The Germans are buying tickets for public transport, which exposes inflation

BERLIN (AP) – Travelers in Germany will be able to cross the country for less than $ 10 a month this summer …

BERLIN (AP) – Travelers in Germany will be able to cross the country for less than $ 10 a month this summer as part of a government program designed to fight rampant inflation, high fuel prices and climate change.

The challenge: the new “9-euro tickets”, which went on sale on Wednesday, apply only to local and public transport, so getting from the Baltic Sea to the Black Forest will take some time.

While travelers can expect to arrive eventually, many will have to put up with delays and crowds as bus and train operators struggle with the influx of new passengers.

However, the Germans have already sold out more than 7 million tickets, the association representing the Byzantine patching of German regional transport companies, VDV, said this week.

It expects up to 30 million users monthly from June to August in a country of 83 million. The first big test is expected this weekend, when most of the country will have a long Pentecost weekend.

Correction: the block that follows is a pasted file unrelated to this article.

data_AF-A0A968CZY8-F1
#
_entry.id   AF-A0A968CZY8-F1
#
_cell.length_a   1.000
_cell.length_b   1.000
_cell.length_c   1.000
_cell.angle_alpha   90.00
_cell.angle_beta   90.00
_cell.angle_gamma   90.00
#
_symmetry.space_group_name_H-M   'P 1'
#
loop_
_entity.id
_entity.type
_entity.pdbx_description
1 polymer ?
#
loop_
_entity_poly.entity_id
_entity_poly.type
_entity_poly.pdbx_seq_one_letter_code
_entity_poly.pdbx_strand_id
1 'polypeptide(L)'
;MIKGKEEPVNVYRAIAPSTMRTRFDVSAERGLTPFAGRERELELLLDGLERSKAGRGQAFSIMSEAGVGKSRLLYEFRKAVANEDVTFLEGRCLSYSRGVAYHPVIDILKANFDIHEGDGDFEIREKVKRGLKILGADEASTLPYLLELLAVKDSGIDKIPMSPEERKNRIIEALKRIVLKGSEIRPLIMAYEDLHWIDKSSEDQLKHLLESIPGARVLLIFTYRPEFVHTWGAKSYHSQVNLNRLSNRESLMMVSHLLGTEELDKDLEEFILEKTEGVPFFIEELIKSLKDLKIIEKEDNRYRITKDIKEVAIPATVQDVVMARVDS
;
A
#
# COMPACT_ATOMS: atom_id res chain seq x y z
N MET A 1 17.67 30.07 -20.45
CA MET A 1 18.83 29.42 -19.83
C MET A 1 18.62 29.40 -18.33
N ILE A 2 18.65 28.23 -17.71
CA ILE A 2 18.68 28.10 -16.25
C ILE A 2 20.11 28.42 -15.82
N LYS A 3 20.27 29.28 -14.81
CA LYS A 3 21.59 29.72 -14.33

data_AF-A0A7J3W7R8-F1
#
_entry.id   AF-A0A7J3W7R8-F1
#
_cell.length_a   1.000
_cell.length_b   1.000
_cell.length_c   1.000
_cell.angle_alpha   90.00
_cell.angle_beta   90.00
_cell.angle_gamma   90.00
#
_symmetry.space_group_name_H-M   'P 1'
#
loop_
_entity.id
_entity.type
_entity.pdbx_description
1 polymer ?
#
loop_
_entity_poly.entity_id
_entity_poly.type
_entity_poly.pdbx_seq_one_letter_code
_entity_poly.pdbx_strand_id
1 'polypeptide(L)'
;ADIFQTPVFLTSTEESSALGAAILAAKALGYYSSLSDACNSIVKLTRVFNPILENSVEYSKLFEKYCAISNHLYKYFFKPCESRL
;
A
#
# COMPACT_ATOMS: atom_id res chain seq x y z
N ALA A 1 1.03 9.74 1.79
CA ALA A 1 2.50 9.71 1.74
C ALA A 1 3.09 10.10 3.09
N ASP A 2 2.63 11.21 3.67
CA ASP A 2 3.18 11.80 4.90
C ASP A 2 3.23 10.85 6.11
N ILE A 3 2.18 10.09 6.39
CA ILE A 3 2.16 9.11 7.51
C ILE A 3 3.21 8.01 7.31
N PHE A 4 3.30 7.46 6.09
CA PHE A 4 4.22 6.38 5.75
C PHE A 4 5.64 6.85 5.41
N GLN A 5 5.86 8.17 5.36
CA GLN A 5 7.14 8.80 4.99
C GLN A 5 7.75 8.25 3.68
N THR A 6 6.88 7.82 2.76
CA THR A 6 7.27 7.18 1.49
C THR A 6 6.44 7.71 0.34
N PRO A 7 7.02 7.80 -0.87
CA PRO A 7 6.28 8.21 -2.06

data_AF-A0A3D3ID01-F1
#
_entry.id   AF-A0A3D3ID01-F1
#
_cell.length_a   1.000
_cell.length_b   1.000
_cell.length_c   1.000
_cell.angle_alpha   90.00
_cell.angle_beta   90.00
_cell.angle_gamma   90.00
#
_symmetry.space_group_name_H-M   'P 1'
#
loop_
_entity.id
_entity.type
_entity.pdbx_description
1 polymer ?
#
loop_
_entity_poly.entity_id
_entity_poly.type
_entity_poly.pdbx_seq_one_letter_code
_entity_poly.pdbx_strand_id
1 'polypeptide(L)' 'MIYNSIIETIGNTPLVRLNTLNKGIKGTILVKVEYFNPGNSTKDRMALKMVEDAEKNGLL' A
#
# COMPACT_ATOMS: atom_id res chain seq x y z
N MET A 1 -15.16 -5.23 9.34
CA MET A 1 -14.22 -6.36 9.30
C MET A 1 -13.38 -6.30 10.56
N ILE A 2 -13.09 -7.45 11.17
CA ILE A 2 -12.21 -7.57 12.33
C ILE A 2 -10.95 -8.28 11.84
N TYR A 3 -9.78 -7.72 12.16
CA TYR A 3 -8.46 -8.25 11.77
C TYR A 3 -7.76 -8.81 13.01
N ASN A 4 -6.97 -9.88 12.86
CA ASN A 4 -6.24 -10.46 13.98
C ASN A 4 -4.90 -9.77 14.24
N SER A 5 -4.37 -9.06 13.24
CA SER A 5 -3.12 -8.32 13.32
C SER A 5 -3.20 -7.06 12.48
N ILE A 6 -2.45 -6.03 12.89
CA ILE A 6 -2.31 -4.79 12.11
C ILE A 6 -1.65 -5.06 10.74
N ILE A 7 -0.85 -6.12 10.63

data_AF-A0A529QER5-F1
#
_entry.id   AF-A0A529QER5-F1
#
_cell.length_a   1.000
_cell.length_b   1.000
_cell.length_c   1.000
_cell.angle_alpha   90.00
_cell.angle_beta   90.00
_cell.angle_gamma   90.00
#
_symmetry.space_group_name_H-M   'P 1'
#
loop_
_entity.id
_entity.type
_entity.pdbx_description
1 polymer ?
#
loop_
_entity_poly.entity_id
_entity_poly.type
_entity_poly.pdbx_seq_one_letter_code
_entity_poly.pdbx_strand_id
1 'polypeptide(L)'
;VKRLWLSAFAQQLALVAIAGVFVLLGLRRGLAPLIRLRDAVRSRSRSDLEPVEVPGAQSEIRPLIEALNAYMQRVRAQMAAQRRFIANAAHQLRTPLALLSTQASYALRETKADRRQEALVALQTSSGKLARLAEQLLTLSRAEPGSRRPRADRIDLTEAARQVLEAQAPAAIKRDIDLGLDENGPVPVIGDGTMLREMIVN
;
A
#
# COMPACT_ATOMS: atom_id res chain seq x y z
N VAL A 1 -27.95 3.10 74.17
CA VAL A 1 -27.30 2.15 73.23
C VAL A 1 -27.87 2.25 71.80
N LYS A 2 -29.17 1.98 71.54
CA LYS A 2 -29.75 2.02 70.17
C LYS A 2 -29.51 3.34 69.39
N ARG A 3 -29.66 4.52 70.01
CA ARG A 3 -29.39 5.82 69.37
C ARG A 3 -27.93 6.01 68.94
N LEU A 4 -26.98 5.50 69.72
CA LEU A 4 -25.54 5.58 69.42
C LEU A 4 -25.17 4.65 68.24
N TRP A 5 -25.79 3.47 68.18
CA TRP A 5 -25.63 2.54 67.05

Mobility expert Katja Dill said the tickets would be especially useful for low-income people and families who want to travel cheaply in Germany. She doubted that the summer program would have a big impact on how passengers behave, although crowded trains could push arguments for more funding for public transport, stressing demand.

“We need a massive expansion of what’s being proposed,” Dill said.

“Germany wants to double the number of passengers on public transport,” she said. “It’s only possible with reliable alternatives (cars) and a good price that won’t end in three months.”

Some of Germany’s neighbors have taken a more integrated, long-term approach to encouraging people to use public transport.

Last year, Austria launched a “climate ticket” covering all modes of transport. It costs 1,095 euros ($ 1,175) a year, but there are discounts for families and those who have an income.

Meanwhile, tiny Luxembourg has made all public transport free in 2020.

German environmentalists have criticized the government for introducing tariff reduction tickets along with lowering the fuel tax, arguing that the subsidy would help oil companies while undermining efforts to force people to switch to climate-safe modes of transport.

Chancellor Olaf Scholz dismissed those concerns. Speaking the day before both measures went into effect, Scholz said he was confident they would be “indeed, a very big success”.


Geir Mulson contributed to this report.


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